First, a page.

@blubb Yes you can speed this up in a number of ways. Most of them have to do with preallocation, for example if you are going to creating logical indexing vectors of the same length, create that first and then operate off of that... –  slayton Jan 30 '13 at 15:13

I expect that @slayton's solution is fastest. However, here's a one-liner alternative, that may at least save you some memory if the vectors are large.

vecLen = 6;
logicalIdx = sparse(idx,1,true,vecLen,1);
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You can use ismember

 i = [3 5];
 v = 1:6;

 ismember(v,i)

will return

ans =

     0     0     1     0     1     0

For a probably faster version, you can try

builtin('_ismemberoneoutput', v, i)

Note that I tested this only for row vectors like specified by you.

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This is what I was looking for. It should be noted though, that at least in my particular case, @slayton's solution is about 30% faster if implemented with preallocation. –  blubb Jan 30 '13 at 15:21
    
@blubb: Please see my edit for a probably faster solution. –  H.Muster Jan 30 '13 at 15:22
    
If you don't already have the vector v then this is going to be slow, as you'll need to allocate a vector with 1:N each time you want to call this. –  slayton Jan 30 '13 at 15:27
    
@blubb: please note Eithan's answer, which is as nice as ismember but significantly faster. It seems fair to accept his answer, rather than mine. –  H.Muster Jan 30 '13 at 15:52
    
@H.Muster thanks, but it's slower than slayton's solution when v is a large array. –  Eitan T Jan 30 '13 at 16:07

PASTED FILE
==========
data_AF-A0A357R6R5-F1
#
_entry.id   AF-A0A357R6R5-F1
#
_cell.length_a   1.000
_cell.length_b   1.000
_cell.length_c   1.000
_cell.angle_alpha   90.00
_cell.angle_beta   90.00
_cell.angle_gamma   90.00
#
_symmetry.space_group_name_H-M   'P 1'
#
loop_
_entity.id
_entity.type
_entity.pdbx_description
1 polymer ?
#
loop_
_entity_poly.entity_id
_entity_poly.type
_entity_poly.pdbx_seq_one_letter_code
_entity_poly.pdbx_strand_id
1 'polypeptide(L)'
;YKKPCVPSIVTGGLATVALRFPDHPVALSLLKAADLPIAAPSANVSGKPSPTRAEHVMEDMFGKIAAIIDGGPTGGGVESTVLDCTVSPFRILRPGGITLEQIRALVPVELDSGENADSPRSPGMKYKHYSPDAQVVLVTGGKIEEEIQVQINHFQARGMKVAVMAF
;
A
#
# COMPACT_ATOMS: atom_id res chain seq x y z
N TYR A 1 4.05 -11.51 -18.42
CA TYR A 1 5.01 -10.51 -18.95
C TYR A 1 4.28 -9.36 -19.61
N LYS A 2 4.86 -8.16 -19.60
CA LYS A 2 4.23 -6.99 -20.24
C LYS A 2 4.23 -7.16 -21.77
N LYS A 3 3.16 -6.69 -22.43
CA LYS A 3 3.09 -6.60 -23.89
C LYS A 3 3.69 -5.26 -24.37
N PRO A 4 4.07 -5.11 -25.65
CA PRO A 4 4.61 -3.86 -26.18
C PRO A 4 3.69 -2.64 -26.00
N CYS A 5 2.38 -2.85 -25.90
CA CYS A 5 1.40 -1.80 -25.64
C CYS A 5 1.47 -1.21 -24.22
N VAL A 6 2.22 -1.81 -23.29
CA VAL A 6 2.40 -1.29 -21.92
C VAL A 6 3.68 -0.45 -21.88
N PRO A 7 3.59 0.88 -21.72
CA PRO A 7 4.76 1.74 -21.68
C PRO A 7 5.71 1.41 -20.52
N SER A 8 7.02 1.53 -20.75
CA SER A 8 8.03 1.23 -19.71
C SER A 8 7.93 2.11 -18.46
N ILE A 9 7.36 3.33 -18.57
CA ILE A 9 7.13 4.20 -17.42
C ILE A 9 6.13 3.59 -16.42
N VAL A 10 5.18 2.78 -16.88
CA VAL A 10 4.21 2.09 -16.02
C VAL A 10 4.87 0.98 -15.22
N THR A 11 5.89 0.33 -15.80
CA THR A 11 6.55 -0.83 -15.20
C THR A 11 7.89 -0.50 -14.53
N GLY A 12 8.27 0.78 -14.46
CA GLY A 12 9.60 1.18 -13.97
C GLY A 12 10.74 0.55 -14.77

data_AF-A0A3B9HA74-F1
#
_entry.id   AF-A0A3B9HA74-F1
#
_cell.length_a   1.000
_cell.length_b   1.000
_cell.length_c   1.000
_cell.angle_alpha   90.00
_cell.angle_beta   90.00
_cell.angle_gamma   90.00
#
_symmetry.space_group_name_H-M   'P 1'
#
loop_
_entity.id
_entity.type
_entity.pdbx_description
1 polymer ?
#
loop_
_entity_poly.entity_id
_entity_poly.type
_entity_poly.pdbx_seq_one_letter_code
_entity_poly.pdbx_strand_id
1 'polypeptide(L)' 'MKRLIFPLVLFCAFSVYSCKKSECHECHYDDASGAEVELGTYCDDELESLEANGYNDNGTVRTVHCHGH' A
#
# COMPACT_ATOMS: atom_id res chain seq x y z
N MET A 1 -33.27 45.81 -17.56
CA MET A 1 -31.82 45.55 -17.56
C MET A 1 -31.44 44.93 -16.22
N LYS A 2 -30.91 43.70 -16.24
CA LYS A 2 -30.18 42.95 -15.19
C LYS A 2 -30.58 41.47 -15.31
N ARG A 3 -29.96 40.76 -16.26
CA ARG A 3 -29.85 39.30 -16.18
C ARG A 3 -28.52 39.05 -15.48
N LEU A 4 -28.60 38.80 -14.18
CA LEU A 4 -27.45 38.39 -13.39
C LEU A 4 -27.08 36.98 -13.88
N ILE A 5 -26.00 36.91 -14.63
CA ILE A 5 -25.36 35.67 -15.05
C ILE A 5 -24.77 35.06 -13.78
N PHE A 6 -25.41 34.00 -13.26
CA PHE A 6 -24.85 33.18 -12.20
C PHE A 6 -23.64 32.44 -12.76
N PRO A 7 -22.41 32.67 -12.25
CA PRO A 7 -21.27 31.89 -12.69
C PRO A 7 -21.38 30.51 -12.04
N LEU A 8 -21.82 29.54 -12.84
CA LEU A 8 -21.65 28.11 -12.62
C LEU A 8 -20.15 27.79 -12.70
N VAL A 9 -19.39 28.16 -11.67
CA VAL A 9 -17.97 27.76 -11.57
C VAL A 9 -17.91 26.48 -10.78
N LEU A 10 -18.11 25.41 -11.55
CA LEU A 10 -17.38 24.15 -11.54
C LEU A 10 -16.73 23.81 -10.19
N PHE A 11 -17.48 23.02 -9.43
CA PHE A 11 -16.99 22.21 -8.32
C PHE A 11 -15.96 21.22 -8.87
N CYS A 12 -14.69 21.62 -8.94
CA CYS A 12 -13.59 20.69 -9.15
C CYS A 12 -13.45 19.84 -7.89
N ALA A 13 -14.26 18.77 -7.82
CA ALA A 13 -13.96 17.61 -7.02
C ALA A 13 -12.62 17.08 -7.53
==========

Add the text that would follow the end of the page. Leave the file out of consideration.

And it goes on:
You can write a function like this:

function logicalIdx = getLogicalIdx(idx, v)
    logicalIdx = zeros(1,size(v,2));
    logicalIdx(idx) = 1;
end

When you call the function:

v = 1:6;
idx = [3 5];
getLogicalIdx(idx,v)

The output will be:

ans =

     0     0     1     0     1     0
share|improve this answer

Just address a new variable with the idx matrix, it wil fill in the zeros for you:

idx = [3 5];
a(idx) = true

No need for a function, nor for passing the length in unless you want trailing zeros too.

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How does this satisfy the demand for logical indexing? –  slayton Jan 30 '13 at 15:12
    
because a will be [0 0 1 0 1]...? –  Dan Jan 30 '13 at 15:14
    
you could set it to true if you prefer –  Dan Jan 30 '13 at 15:14
    
But the input size was 1x6 not 1x5. –  slayton Jan 30 '13 at 15:22
    
Hence my last sentence. anyway you can just do the same thing to initialize the variable, i.e. a(length(v)) = false... –  Dan Jan 30 '13 at 15:46

Can you simply do v(i) =1 ?

for example if you say x = zeros(1,10); and a = [1 3 4];

x(a) = 1 will return 1 0 1 1 0 0 0 0 0 0